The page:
October 17, 2016

Trout On A Mouse: Boulder Mountains

 It's been a goal of mine for a very long time to catch a trout on a mouse. It seems kind of silly how long I've been pursuing this goal and I'm a bit embarrassed how much I've tried without success. I did quite well catching bass on a mouse when I fished my grandpa's farm pond years ago. And I've had a fair number of blow-ups without hook-ups. But I can finally check this off my bucket list after a lot of persistence and probably more patience on Sam's part during our last trip to The Boulders (report soon to come from me and/or Sam).
I was so excited with this accomplishment I thought I would post a step-by-step of my improved "Post Boulders Mouse". It's a rip off (aren't all patterns kind of rip-offs of others) of Fly Fish Food's "Mousey McMouseface" with my own little twist. Without going into much detail, this was the only mouse to elicit blow ups this last trip (and I had a ton!) but something wasn't right with the hooks I used and where I put them. This is my 2.0 model and hope to give these a test-run soon...

 Post-Boulder's Mouse
Hook: Allen MP003BL back #10 & MP002 middle #4; articulation shank or make your own =front "hook"
Thread: GSP or Kevlar
Tail: Small piece of zonker strip, suede leather strip, furled cordage
Body: Rainy's "Evazote foam" & Zonker strips 
 Small piece of zonker tied hair side down; I colored the hide with brown marker after I tied it in.
 About a 5 inch strip of suede leather strip tied over shank of the hook. I pull back the leather and whip finish at the eye of the hook.
 I start the thread on the next (middle) hook and take it out to furl the cord between tail hook and middle hook.
 I secure about 10-12 inches of cord (I used a piece of the inside of para cord; braid or backing would be better) into my vise and color it with a marker. I "thread" the tail hook onto the cordage and begin to twist clockwise as much as I can. I then slide the tail hook to the middle of twisted cord and then double over the cord and twist the double-over cord counter clockwise as much as I can (making sure not to let go of tag end of doubled over cord). Clear as mud?
 I carefully remove the tail assembly and secure the middle hook back into the vise. I attach the furled cord to the middle hook similar to how one would attach articulation wire in an articulated streamer.

Given the multiple steps of this fly, I ensure durability by using CA glue on most tie in points. I' had never tried this exact glue before this, but I've had success with "instant nail glue" as it's thin and cures quickly; I got this from the dollar store.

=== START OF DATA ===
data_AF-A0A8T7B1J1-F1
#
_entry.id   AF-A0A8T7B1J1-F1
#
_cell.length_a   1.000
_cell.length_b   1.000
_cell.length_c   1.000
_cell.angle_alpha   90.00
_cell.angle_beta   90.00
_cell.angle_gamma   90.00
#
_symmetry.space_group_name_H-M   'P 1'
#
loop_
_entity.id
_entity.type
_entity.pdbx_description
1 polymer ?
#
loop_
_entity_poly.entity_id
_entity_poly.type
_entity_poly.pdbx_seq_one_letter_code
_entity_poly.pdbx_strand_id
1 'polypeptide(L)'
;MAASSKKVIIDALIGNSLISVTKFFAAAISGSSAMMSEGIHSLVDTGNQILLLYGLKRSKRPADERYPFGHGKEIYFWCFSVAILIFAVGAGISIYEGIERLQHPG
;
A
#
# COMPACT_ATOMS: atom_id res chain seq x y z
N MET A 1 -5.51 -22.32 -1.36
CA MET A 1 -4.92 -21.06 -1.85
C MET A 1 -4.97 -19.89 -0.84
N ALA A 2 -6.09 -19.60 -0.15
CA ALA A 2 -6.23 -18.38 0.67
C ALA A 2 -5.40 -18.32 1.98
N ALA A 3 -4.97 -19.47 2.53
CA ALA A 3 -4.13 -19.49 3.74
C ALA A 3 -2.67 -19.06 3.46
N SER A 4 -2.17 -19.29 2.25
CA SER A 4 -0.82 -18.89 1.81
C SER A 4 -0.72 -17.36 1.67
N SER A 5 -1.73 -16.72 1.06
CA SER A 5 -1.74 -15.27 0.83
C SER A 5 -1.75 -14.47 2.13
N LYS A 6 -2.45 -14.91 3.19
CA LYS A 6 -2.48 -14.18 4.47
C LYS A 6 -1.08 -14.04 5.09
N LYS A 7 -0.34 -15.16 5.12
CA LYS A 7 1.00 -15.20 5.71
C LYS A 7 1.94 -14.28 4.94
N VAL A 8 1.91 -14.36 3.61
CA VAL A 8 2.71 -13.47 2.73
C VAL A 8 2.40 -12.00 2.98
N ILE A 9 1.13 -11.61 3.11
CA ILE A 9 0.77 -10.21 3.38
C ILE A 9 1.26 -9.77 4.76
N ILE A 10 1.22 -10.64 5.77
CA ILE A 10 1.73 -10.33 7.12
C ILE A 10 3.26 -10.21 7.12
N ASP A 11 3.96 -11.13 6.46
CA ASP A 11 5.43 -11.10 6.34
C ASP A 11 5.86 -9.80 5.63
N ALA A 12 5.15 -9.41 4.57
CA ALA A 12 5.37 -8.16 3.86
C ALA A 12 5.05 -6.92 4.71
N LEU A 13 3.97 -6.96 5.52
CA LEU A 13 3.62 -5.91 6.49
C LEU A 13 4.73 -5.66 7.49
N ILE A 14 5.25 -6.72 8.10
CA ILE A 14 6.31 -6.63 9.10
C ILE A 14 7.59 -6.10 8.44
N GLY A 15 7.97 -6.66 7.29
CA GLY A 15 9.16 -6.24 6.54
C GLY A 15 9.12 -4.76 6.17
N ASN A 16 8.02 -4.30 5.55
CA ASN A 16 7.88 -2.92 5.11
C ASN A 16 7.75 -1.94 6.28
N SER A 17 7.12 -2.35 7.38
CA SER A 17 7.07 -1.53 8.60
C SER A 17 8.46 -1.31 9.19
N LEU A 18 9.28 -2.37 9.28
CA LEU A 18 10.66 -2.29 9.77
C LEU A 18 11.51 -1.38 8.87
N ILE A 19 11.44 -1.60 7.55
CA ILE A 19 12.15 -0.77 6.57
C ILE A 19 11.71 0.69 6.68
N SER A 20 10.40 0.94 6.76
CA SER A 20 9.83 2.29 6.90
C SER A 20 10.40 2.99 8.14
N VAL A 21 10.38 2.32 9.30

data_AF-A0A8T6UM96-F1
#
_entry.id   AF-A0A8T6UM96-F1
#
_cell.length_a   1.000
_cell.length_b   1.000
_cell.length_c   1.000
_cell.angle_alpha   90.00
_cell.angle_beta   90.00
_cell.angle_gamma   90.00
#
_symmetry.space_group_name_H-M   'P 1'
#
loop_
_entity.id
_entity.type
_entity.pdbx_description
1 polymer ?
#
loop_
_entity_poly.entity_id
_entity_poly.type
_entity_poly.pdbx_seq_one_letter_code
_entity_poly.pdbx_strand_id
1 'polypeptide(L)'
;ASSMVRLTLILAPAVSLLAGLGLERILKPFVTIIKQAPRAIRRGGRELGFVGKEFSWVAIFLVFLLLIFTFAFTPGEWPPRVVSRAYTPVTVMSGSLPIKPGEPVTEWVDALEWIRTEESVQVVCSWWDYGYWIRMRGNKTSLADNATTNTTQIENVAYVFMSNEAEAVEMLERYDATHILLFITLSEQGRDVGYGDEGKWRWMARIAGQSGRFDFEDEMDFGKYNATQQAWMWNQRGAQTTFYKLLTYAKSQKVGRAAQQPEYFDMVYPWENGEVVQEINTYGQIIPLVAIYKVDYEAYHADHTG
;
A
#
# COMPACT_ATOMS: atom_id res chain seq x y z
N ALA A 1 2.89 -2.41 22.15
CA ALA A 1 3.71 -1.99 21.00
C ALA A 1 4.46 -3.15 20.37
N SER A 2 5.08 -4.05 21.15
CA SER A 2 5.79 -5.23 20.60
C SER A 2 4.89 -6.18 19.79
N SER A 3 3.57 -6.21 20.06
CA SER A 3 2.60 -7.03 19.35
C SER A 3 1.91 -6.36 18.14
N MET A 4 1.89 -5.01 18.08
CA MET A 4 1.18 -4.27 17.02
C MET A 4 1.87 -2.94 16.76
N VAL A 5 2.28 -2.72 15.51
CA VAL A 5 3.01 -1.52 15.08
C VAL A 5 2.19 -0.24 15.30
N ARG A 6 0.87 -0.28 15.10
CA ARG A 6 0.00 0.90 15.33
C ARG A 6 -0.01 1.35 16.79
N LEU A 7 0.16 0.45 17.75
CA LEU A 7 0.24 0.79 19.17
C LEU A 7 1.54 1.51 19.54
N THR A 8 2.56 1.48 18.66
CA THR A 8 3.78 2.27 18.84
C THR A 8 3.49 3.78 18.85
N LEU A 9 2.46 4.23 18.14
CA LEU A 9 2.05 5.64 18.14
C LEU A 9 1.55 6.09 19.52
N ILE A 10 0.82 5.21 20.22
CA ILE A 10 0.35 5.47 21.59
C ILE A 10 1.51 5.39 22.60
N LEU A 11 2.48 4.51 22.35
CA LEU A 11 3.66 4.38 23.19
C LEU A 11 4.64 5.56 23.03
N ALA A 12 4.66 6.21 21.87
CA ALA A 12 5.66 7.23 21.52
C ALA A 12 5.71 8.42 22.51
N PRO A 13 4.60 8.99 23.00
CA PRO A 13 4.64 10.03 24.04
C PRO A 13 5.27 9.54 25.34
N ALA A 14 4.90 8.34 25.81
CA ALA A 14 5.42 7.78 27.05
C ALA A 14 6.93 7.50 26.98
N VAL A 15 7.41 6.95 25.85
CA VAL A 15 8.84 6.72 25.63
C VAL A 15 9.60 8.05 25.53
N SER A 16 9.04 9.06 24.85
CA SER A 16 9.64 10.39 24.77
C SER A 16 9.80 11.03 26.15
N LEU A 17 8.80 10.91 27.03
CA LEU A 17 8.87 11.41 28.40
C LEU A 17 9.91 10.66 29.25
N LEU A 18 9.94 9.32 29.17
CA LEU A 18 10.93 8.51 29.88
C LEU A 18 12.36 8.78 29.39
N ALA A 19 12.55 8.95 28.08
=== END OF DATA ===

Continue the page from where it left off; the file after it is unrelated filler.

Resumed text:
I tie in the back legs onto the middle hook (1/2 a "squirmy wormie worm"). I then tie the leather strip onto the middle hook but forgot that step in the next picture. I fixed this mistake before going on further...

 Tie on the strip of foam (just wider than the gap of the hook) initially folding down around the shank of the hook.
 Once secured, pinch the foam the opposite way so it folds up and secure the rest of the way to the back of the middle hook.
 I like to dub some glue on the underside of the foam  once it's tied in (notice I fixed my mistake of forgetting to secure the leather strip)
 Tie in a zonker strip and palmer it around the hook all the way to the eye (with just enough room to tie in the foam)
"Part" the hair on top back because it's not going to do you any good hidden under the foam.

 Pull the foam forward and tie off. I trim the "head" on the foam quite close to the tie down area and glue the "head" back onto itself to allow for more movement between the middle and front "hook".
 I use the largest gauge stainless steel wire I could get (I bought this from Bass Pro Shops) to make articulated shanks. I think this is leader material (that's the section I bought it in) but either way it does the job. You obviously can use pre-made articulation shanks too.

Using a few pairs of pliers (mainly a set of round nose) i bend, twist, and swear until i can get a shank close to the right shape. I'd give a better tutorial on how to do this, but it mostly involves luck and being cheap.
Hook the shank into the eye of the middle hook and place a healthy thread base down and a coating of glue.
Tie in another strip of foam and zonker. Wrap the zonker up about half way and tie off.
Tie in another set of legs and then resume wrapping the zonker strip the remaining length of the shank.
Tie the foam over the front section leaving about a shank's length of foam out the front.
Cut a V-notch about halfway back on the foam extending beyond the front.
Fold the extra foam back. Tie the now formed head with the ears extending back and the bulb in front of the tie down spot. I apply glue in the crease of the tie down area before and after tying the head.
Trim the legs to size.

Give it a final inspection and go mate it with fish lips. Here's my youngest son Cooper giving me some pointers.

1 comment: